Overall, the book was interesting and I'm glad I read it. I just wish I had read "Astonishing Hypothesis" first.
Jun 07, 2015 Katty rated it it was ok
Eh, not bad. Just not that accessible. Consciousness is already a tricky subject, even for the experts, and Edelman doesn't seem to shine any new light on it or make it easier to comprehend. Either I'm not smart enough to get it or Edelman isn't good at conveying the subject (or, most likely, a bit of both).
Feb 18, 2012 Clare rated it it was ok  ·  review of another edition
Very interesting descriptions of the brain and neural anatomy. Challenging and rather heavy going to begin with but the occasional chapter offered delightful views of consciousness and it does eventually reward the reader. The sheer length of description was at times, intrusive, but when you persevere you find the end result all the more charming.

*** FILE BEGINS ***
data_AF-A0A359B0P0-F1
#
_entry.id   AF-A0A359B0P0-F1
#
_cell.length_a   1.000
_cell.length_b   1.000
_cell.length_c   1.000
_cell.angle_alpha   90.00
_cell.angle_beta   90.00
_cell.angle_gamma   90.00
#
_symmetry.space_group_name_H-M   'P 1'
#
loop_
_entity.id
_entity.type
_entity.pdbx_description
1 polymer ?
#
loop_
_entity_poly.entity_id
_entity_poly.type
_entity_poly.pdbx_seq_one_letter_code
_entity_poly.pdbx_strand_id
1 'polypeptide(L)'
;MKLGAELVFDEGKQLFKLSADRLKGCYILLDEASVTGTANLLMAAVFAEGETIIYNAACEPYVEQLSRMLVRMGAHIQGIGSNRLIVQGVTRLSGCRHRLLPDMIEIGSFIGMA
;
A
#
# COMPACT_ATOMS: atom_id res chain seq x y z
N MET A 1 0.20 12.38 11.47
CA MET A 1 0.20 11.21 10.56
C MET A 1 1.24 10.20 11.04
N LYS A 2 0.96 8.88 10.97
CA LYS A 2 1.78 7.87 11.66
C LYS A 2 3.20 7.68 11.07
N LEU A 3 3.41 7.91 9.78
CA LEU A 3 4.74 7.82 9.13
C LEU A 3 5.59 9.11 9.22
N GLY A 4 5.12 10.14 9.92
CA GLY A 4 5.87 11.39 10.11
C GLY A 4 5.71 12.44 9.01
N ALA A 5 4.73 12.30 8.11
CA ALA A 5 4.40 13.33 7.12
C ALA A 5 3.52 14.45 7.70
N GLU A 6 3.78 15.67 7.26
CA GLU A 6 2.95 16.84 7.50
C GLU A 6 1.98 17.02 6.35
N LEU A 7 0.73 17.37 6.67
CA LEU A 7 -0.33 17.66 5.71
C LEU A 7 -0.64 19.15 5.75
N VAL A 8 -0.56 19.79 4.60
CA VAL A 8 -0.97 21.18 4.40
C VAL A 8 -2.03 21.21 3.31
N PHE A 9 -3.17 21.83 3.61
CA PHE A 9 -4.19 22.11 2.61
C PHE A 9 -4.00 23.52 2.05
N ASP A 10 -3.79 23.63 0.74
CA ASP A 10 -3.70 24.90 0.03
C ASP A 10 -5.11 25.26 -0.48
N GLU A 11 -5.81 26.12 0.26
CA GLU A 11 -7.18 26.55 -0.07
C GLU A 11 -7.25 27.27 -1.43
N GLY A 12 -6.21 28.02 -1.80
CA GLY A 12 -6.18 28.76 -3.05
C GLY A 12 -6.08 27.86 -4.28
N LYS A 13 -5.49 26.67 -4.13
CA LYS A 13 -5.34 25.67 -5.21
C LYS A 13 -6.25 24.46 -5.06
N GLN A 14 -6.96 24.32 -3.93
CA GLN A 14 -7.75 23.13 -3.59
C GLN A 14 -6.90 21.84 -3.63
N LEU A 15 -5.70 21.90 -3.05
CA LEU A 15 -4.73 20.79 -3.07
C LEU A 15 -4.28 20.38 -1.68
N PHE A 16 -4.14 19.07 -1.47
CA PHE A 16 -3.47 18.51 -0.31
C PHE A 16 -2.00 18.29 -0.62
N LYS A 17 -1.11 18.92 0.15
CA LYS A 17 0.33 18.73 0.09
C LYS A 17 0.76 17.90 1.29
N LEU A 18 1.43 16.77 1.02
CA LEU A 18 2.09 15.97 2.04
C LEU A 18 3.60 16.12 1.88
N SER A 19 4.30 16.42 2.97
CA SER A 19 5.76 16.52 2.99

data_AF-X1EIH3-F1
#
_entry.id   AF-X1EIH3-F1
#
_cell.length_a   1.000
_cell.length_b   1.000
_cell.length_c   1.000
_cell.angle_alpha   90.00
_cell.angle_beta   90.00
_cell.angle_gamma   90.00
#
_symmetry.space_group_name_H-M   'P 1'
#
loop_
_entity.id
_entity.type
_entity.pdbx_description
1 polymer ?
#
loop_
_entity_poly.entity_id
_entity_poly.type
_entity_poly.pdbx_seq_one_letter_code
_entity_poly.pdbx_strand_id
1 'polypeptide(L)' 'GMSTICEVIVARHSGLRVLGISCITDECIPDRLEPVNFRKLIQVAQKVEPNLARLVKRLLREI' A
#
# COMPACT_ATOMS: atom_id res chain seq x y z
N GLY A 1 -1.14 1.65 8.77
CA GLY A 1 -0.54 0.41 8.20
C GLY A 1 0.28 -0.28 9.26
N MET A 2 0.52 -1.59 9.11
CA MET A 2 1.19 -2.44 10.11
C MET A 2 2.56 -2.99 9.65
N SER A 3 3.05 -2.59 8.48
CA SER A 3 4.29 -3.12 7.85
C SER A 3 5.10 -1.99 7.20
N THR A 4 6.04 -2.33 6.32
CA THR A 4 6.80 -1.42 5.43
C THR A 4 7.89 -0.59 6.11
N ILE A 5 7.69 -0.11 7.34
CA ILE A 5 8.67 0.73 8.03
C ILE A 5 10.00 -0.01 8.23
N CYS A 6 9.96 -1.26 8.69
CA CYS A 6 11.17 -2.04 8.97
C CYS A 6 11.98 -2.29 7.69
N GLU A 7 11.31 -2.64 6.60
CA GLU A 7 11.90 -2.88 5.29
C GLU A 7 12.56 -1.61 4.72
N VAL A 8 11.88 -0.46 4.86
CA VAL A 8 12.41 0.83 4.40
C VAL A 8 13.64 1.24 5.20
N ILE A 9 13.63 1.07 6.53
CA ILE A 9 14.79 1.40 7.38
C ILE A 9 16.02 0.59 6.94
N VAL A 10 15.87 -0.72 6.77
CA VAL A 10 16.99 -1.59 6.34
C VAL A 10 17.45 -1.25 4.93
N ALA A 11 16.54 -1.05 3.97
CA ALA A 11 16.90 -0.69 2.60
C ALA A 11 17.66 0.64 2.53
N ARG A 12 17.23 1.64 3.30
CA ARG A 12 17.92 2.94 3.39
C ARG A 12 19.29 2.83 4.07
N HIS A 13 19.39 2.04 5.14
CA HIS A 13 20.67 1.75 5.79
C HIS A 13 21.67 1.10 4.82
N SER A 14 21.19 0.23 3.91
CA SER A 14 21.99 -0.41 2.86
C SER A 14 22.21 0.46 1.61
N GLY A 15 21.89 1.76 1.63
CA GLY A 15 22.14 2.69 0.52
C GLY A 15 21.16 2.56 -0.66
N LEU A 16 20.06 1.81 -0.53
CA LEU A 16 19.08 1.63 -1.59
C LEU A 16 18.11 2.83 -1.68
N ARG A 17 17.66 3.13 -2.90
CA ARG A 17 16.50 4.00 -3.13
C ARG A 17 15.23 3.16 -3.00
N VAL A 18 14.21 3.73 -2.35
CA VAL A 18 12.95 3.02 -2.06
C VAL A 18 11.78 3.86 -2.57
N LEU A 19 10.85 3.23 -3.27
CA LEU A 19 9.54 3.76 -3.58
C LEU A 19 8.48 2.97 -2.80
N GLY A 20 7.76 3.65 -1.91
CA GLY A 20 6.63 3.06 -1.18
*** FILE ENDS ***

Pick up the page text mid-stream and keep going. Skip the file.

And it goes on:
Oct 12, 2015 Bevan rated it it was amazing
This is the second time I am reading this book, and it hasn't gotten any easier. Nevertheless, I can learn from it. Dr. Edelman is a Nobel laureate and a neuroscientist, and this book is meant for the layperson.
Caroline Stevens
Aug 25, 2009 Caroline Stevens rated it liked it
Not finished
Amai Freeman
Nov 27, 2013 Amai Freeman rated it liked it
basic introduction
Sep 14, 2007 Ethan rated it really liked it
Dense and academic prose, but it's worth chugging along for Edelman's remarkable theory of how the brain works.
Dave Schey
Aug 25, 2012 Dave Schey rated it liked it
Shelves: non-fiction